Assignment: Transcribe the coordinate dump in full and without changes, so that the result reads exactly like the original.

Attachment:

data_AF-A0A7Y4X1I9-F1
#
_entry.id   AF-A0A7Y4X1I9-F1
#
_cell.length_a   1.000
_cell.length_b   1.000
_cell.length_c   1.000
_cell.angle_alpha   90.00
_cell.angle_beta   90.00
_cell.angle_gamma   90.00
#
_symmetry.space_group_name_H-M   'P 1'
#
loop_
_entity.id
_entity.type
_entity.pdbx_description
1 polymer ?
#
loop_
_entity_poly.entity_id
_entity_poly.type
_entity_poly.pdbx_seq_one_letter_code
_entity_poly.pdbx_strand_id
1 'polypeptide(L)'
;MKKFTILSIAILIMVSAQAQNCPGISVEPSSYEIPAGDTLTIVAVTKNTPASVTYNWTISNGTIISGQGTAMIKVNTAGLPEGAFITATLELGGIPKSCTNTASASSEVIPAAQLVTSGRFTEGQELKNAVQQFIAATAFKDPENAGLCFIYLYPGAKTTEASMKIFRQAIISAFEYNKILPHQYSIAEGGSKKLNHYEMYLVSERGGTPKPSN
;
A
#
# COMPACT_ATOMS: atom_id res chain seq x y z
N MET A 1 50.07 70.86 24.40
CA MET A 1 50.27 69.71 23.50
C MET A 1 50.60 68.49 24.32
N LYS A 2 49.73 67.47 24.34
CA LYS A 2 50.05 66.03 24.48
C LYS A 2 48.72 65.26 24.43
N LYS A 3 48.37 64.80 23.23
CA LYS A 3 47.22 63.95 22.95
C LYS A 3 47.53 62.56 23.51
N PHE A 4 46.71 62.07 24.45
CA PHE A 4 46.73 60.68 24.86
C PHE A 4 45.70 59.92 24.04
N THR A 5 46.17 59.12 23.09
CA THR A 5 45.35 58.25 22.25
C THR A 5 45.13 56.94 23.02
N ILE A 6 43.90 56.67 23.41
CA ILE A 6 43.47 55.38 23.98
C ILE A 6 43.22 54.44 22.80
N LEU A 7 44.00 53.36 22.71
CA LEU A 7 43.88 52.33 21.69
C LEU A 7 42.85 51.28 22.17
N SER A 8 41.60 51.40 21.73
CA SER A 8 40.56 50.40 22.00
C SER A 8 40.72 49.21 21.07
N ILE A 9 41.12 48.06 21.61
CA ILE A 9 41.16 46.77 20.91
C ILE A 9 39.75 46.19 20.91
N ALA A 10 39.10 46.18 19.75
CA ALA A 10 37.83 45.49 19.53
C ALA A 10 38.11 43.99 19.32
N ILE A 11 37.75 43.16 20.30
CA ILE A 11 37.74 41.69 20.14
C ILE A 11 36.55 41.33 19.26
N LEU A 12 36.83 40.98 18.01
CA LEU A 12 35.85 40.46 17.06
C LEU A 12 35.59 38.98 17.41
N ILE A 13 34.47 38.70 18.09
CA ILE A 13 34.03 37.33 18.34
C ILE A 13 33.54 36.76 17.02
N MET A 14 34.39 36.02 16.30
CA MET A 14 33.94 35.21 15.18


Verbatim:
data_AF-A0A7Y4X1I9-F1
#
_entry.id   AF-A0A7Y4X1I9-F1
#
_cell.length_a   1.000
_cell.length_b   1.000
_cell.length_c   1.000
_cell.angle_alpha   90.00
_cell.angle_beta   90.00
_cell.angle_gamma   90.00
#
_symmetry.space_group_name_H-M   'P 1'
#
loop_
_entity.id
_entity.type
_entity.pdbx_description
1 polymer ?
#
loop_
_entity_poly.entity_id
_entity_poly.type
_entity_poly.pdbx_seq_one_letter_code
_entity_poly.pdbx_strand_id
1 'polypeptide(L)'
;MKKFTILSIAILIMVSAQAQNCPGISVEPSSYEIPAGDTLTIVAVTKNTPASVTYNWTISNGTIISGQGTAMIKVNTAGLPEGAFITATLELGGIPKSCTNTASASSEVIPAAQLVTSGRFTEGQELKNAVQQFIAATAFKDPENAGLCFIYLYPGAKTTEASMKIFRQAIISAFEYNKILPHQYSIAEGGSKKLNHYEMYLVSERGGTPKPSN
;
A
#
# COMPACT_ATOMS: atom_id res chain seq x y z
N MET A 1 50.07 70.86 24.40
CA MET A 1 50.27 69.71 23.50
C MET A 1 50.60 68.49 24.32
N LYS A 2 49.73 67.47 24.34
CA LYS A 2 50.05 66.03 24.48
C LYS A 2 48.72 65.26 24.43
N LYS A 3 48.37 64.80 23.23
CA LYS A 3 47.22 63.95 22.95
C LYS A 3 47.53 62.56 23.51
N PHE A 4 46.71 62.07 24.45
CA PHE A 4 46.73 60.68 24.86
C PHE A 4 45.70 59.92 24.04
N THR A 5 46.17 59.12 23.09
CA THR A 5 45.35 58.25 22.25
C THR A 5 45.13 56.94 23.02
N ILE A 6 43.90 56.67 23.41
CA ILE A 6 43.47 55.38 23.98
C ILE A 6 43.22 54.44 22.80
N LEU A 7 44.00 53.36 22.71
CA LEU A 7 43.88 52.33 21.69
C LEU A 7 42.85 51.28 22.17
N SER A 8 41.60 51.40 21.73
CA SER A 8 40.56 50.40 22.00
C SER A 8 40.72 49.21 21.07
N ILE A 9 41.12 48.06 21.61
CA ILE A 9 41.16 46.77 20.91
C ILE A 9 39.75 46.19 20.91
N ALA A 10 39.10 46.18 19.75
CA ALA A 10 37.83 45.49 19.53
C ALA A 10 38.11 43.99 19.32
N ILE A 11 37.75 43.16 20.30
CA ILE A 11 37.74 41.69 20.14
C ILE A 11 36.55 41.33 19.26
N LEU A 12 36.83 40.98 18.01
CA LEU A 12 35.85 40.46 17.06
C LEU A 12 35.59 38.98 17.41
N ILE A 13 34.47 38.70 18.09
CA ILE A 13 34.03 37.33 18.34
C ILE A 13 33.54 36.76 17.02
N MET A 14 34.39 36.02 16.30
CA MET A 14 33.94 35.21 15.18